...and once again, I wish I had taken more history in school. History upon history upon history everywhere. Each time a shovel is sunk into the earth in the old city, ruins are revealed. Sewer systems, house foundations, mosaic floors, wells and walls. The foundation engineers of Athens are a pretty resourceful lot managing to redesign (at short notice I am sure), the substructure of a building to minimize impact on the ruins.
But mostly they are just that, ruins. Even the famed Parthenon, perched magnificently atop the Acropolis, is on a shimmer of its former self. A few millennia and vandals such as the Christians, the Ottomans and Lord Elgin have pared down this extraordinary structure to a few columns and the odd frieze. And despite this, it remains impressive. The precision with which these huge lumps of rock, way up in the air, were put together with the limited technology at the time is remarkable, even when you have slaves to do the heavy lifting.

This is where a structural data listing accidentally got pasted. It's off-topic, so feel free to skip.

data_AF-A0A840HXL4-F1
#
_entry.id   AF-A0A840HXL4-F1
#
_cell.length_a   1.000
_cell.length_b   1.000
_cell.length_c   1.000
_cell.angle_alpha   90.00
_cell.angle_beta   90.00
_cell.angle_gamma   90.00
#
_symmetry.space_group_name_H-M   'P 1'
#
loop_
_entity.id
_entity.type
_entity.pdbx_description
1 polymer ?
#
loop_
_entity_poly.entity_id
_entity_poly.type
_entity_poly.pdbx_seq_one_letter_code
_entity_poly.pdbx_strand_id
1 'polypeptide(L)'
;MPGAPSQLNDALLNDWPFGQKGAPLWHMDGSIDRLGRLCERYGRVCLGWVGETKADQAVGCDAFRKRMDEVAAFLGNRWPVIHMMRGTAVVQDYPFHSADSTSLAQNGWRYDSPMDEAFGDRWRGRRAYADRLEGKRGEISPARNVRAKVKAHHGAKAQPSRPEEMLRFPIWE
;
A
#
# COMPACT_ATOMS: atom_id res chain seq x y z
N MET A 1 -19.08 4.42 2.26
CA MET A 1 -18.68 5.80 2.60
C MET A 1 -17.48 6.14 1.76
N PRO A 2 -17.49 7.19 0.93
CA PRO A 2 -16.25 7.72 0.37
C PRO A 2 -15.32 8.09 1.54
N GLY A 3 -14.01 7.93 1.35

We explored the Acropolis Museum today - what an amazing building. They are preparing the ruins they discovered when digging the foundations (anyone surprised?) for public access. The main floor has sections of persplex through which you can peer down into the ruins. The top floor is amazing. All glass, looking out over Athens on all sides and lined up with The Parthenon. And it houses the original marble from the frieze, the metopes and the pediments - or what is left and reproductions of those that can be verified. So you can walk around viewing all this up close whilst, in the distance, the you can see the real thing! And at night, the Parthenon reflects on the windows. Very cool design.